It’s a shame book 2 isn’t included in Amazon Unlimited or their Whispersync service, if it were, I would go on to book 2. However, the ubrupt ending, or lack thereof, ruined what was a great book. I am an avid believer that every book should have a complete story and conclusion. This book left a brutal cliffhanger, leaving me with no satisfaction or closure whatsoever.

I will note, they now have an Omnibus edition on Audible that includes books 1-3 that may be of better value, and with less open ended frustration. If you are a fan of Fantasy, I say grab it if only for Perkins’ performance.

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Review: Safe Havens: Shadow Masters

Safe Havens: Shadow MastersSafe Havens: Shadow Masters by J.T. Patten

 

Originally posted to Audio Book Reviewer

Wow, did this book surprise me! I had no prior knowledge of the author or narrator and chose to review it on a whim, I just liked the title, it intrigued me. I didn’t even read the summary, just jumped down the slide head first, exhilarated by every twist, turn, and drop the ride had to offer.
Sean Havens was on an assignment in the Republic of Yemen when he got word from his wife, Christina, that their daughter had been raped and the rapist was threatening to kill her for going to the police. Sean was furious, and told wife he’d be home in a few days. After getting a shady passport from his employers, he ran into some trouble heading to the States, forcing him to make a detour through Dubai. Meanwhile, as Havens tries to figure how he is getting home, Christina and Maggie are attacked at their house killing Christina and putting Maggie in a coma. Upon arriving home, Sean is told by police the attacks on his family were gang related. Sean Havens wasn’t sure about that. Is it that simple, or is there something bigger there? He didn’t know, but what he did know what whoever was responsible will pay. The Havens are not a family to be targeted or toyed with.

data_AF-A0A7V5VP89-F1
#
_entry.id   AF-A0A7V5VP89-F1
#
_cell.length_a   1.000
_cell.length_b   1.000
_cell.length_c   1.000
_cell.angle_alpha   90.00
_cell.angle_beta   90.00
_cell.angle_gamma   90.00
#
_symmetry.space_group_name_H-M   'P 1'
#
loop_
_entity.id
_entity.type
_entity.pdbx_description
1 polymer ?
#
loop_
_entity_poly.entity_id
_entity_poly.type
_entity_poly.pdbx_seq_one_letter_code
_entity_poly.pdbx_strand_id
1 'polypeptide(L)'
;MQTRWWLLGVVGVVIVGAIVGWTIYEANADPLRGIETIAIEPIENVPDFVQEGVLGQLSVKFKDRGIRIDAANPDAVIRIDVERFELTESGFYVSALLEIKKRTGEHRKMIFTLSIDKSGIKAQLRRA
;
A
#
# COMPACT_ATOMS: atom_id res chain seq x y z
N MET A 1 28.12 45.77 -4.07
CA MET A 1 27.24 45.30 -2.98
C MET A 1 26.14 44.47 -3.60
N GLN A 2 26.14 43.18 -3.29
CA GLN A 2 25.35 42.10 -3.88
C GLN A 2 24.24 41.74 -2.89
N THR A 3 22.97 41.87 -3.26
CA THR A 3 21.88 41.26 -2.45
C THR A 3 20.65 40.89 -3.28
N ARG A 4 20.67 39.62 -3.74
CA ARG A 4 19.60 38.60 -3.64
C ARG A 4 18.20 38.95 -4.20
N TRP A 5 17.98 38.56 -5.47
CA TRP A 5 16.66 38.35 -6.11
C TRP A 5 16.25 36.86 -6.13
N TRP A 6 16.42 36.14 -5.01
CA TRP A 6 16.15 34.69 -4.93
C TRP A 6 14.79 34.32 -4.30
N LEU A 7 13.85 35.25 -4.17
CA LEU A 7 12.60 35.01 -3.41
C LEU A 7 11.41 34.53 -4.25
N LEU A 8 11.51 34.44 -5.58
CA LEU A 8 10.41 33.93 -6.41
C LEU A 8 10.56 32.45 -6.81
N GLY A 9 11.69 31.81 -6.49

When it first got started I was a little put off by the narration. It read much faster than I expected. I don’t know if it was Charles Kahlenberg reading quickly or if it was an editing issue, but it was there. It got much better after the first few chapters, though there were points the performance felt a little rushed. That being said, Mr. Kahlenberg’s voice and presence were great. His resonance in the book was ear catching and held my attention. Great narration, with sub par production quality due to the speed. It won’t keep me from trying Kahlenberg’s work again though, hopefully on the next Sean Havens thriller.

Let me tell you, it does not disappoint! This was a bit darker than I expected it would be and it was all the better for it. Charles’s voice lent perfectly to the almost brooding Sean Havens character. I tried to think of a comparison or reference a couple other characters out there that might come close to Sean Havens. The fact is, he’s his own entity, unique from other protagonists in the genre and very well done. A story full of deceit, conspiracy, revenge, and surprises around every corner, this is a story for all thriller fans, do not pass on Sean Havens. J.T. Patten is new on the seen and if the adrenaline pumping Shadow Masters is any indication, he’s going to be force in the genre.

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Review: The Wake of the Dragon: A Steampunk Adventure

The Wake of the Dragon: A Steampunk Adventure
The Wake of the Dragon: A Steampunk Adventure by Jaq D. Hawkins

Originally posted to Audiobookreviewer.com

I have very limited experience with Steampunk books. I’ve only read 2 or 3, one of which I loved, while the others I barely finished. That being said, I really love the concept of steampunk in novels and enjoy it in other mediums, so I keep trying. This book seemed more in the fantasy Genre than the others I had read, which is why I decided to give it a try.
The story opens on an airship with Captain Horatio Bonny behind the wheel. The Pirates had just stolen crate upon crate of opium. Having taken on too much weight, the airship loses altitude and is forced to land on a farm. Promising coin and to take the farmer’s daughter, Anne Bardwell, away from the family, the Pirates leave half their cargo stored in the Mr. Bardwell’s barn.